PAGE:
The Language Effect book extract: Why tech gets a bad rap – and exploring the future of copywriting

The Language Effect book extract: Why tech gets a bad rap – and exploring the future of copywriting
Parry Malm is the CEO of Phrasee.

In this exclusive extract from The Language Effect: Why AI-Powered Copywriting Is A Marketer’s (New) Best Friend, Parry Malm, CEO of marketing automation startup Phrasee, assesses why copywriting has been the last old-school marketing tactic to be touched by technology – and what can be done about it.

Why tech got a bad rap

The quest to connect with consumers has taken brands down some pretty dark paths of late.

Big Tech’s relaxed attitude toward user data opened the door for some extremely concerning marketing behaviour. The Cambridge Analytica scandal was just the tip of the iceberg. Legitimate questions about how exactly consumer data is being collected, and what exactly it’s being used for, make headlines every day. The battle between the relevance, targeting, and engagement needs of brands and the privacy concerns of consumers has only just begun.

The opening shots – in the form of shady industry tactics and bold new legislation like the much-lauded General Data Protection Regulation (GDPR) – have already been fired. Few, however, can tell where all of this is headed.

Within this context, consumer expectations are shifting, and the digital user experience is evolving. This presents both brands and marketers with new customer experience challenges to overcome by the day. Today’s consumer expects you to deliver a personalised, relevant marketing experience. But, it seems, they are reluctant to provide you with the data and insights required to deliver that experience.

The martech explosion

This dichotomy has created the perfect conditions for innovative new technologies to enter the marketing arena.

And enter it they have.

Amid the hubbub around relevance, targeting and data analytics, marketing copywriting has been forgotten, abandoned in the never-ending pursuit of more and more data

Every year, Chiefmartec puts out a marketing technology landscape – the marketing technology world’s definitive list of brands operating in the martech space – and every year, it gets bigger. You know the chart I’m talking about. But what began as a fascinating mosaic of technological progress has become a flummoxing Jackson Pollock-esque tornado of chaos – and has outlived its usefulness.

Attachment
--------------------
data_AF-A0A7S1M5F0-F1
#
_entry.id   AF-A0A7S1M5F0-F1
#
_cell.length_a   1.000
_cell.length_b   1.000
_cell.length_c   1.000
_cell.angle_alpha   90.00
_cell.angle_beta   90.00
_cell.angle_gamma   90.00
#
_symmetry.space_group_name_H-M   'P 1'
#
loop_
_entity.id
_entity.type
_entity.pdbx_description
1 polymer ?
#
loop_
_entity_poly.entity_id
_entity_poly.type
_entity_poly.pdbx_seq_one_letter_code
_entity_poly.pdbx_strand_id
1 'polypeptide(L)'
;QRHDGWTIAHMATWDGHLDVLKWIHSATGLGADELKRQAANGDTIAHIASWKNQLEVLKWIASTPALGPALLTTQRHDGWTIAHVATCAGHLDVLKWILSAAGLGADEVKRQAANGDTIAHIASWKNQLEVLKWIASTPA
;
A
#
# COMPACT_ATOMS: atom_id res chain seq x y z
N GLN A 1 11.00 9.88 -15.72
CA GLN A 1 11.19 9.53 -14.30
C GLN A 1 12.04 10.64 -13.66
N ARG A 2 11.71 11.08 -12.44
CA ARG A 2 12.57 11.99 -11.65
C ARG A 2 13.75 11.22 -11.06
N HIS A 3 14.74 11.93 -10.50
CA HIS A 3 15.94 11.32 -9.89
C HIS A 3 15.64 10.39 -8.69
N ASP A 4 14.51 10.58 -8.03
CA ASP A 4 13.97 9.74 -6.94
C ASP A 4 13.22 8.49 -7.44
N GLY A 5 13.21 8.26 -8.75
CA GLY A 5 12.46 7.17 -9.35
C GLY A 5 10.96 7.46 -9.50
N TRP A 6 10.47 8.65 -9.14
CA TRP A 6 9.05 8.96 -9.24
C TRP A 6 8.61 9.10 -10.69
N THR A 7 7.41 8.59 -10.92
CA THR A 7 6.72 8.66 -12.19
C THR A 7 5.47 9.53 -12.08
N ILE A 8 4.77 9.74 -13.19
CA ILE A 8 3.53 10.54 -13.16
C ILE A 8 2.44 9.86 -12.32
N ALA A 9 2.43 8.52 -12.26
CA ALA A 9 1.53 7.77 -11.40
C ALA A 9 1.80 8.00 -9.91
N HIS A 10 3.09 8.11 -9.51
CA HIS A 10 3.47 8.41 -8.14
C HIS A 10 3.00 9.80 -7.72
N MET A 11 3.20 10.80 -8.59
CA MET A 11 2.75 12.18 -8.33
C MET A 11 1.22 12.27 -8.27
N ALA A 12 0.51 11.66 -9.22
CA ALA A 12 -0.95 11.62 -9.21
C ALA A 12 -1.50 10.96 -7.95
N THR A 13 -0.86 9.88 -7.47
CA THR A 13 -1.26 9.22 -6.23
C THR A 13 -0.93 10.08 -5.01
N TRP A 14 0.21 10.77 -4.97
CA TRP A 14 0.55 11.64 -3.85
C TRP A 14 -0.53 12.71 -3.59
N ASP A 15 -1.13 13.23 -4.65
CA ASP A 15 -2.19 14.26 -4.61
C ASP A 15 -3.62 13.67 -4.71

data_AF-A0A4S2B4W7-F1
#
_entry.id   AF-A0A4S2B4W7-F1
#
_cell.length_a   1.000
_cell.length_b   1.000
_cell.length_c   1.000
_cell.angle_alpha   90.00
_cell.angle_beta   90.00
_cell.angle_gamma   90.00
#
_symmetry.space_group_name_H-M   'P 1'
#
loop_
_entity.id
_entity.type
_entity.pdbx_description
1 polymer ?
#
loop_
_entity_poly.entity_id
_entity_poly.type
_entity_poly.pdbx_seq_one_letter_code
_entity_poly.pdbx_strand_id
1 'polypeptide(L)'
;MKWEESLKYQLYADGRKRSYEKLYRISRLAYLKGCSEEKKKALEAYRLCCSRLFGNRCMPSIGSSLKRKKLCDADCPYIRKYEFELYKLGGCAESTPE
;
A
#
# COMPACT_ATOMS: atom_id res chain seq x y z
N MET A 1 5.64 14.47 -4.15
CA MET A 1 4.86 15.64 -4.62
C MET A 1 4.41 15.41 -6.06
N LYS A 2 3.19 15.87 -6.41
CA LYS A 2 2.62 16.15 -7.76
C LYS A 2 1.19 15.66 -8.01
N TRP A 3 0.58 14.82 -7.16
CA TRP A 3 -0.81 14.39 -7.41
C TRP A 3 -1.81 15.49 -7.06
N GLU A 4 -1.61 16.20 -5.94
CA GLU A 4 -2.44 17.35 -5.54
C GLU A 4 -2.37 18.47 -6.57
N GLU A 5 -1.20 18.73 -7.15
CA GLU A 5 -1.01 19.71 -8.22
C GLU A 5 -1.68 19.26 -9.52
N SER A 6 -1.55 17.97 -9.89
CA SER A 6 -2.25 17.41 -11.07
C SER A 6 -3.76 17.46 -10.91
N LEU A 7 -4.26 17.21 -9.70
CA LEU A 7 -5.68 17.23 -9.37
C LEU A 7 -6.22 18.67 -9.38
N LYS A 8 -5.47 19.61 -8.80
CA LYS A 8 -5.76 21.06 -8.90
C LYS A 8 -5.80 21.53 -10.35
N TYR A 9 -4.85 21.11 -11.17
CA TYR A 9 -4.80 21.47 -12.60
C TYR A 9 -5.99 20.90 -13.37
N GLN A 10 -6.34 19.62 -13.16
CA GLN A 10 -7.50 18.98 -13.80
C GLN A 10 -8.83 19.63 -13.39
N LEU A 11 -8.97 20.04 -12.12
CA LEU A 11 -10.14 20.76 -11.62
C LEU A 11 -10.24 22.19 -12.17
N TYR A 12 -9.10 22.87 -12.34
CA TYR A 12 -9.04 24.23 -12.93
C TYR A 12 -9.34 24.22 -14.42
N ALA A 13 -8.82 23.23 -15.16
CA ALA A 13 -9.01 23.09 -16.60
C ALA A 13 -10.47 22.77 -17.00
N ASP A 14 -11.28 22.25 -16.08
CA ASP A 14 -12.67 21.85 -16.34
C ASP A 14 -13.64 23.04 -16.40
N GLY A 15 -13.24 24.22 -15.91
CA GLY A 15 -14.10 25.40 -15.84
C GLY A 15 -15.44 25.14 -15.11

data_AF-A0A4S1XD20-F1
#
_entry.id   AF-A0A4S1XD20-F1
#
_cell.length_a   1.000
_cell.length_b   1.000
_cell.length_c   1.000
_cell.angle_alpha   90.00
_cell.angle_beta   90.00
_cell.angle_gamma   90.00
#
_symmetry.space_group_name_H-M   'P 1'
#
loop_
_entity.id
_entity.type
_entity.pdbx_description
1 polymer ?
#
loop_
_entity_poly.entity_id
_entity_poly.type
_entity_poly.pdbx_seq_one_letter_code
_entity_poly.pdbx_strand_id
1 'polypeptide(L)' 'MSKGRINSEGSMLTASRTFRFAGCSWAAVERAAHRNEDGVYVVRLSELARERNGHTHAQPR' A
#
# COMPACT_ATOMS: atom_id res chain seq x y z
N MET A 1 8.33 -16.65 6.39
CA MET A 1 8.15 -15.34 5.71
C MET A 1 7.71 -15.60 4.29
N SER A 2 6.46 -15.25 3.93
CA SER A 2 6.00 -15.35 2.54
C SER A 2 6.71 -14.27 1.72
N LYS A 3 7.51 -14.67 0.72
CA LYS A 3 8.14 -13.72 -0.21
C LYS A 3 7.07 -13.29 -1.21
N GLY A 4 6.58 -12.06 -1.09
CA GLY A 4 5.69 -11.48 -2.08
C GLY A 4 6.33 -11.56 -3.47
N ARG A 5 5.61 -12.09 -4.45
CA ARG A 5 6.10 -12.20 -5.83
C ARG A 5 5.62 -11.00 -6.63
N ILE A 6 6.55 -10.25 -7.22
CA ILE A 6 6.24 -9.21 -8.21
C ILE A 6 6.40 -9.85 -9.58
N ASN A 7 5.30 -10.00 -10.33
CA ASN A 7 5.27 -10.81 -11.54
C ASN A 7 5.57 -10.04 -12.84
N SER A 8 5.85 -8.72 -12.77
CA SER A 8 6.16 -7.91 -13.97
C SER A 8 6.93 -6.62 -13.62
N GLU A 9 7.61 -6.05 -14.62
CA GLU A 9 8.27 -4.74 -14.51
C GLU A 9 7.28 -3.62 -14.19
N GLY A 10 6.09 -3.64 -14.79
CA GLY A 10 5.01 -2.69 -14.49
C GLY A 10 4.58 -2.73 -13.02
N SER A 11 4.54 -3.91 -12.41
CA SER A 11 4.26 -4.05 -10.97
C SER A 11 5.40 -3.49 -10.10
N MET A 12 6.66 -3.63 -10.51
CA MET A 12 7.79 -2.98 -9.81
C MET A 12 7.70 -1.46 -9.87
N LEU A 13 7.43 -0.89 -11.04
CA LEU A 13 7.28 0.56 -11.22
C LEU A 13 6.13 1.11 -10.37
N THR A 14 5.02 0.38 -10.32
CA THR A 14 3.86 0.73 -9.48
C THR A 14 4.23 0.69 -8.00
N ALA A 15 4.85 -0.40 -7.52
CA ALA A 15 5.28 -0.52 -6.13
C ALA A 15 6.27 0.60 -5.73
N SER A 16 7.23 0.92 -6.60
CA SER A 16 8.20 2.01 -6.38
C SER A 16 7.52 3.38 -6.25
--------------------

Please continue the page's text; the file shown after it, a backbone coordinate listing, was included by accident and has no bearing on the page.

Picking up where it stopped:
Automation platforms keep drip campaigns cycling into subscribers’ inboxes through every stage of the buyer journey. Machine learning algorithms, written by researchers with PhDs in astrophysics, make useful recommendations on precisely where and when digital banner ads should appear on a given marketing channel. In some cases, these AI marketing applications even purchase ad placements on their own. Targeting and retargeting tools deliver relevant digital content to the right user in the right place at the right time with increasing precision.

But what about your language?

Amid all the relevance, targeting, and data analytics hubbub, it seems that marketing copywriting has been forgotten, abandoned in the never-ending pursuit of more and more data.

But why is this? Why has the crux of all your marketing – the language you use – been ignored?

Times have changed

‘Right person, right ad, right time’ has long been digital marketing’s Holy Grail. That perfect combination of ad design and delivery that leaves the consumer all but powerless to resist your brand’s considerable charms. It makes sense that almost every aspect of marketing and advertising has been touched by advanced technology in some form or another.

But something is missing.

Once you’ve built up your martech stack and perfected the art of getting your brand’s message exactly where it needs to be, exactly when it needs to be there, quite an obvious question emerges: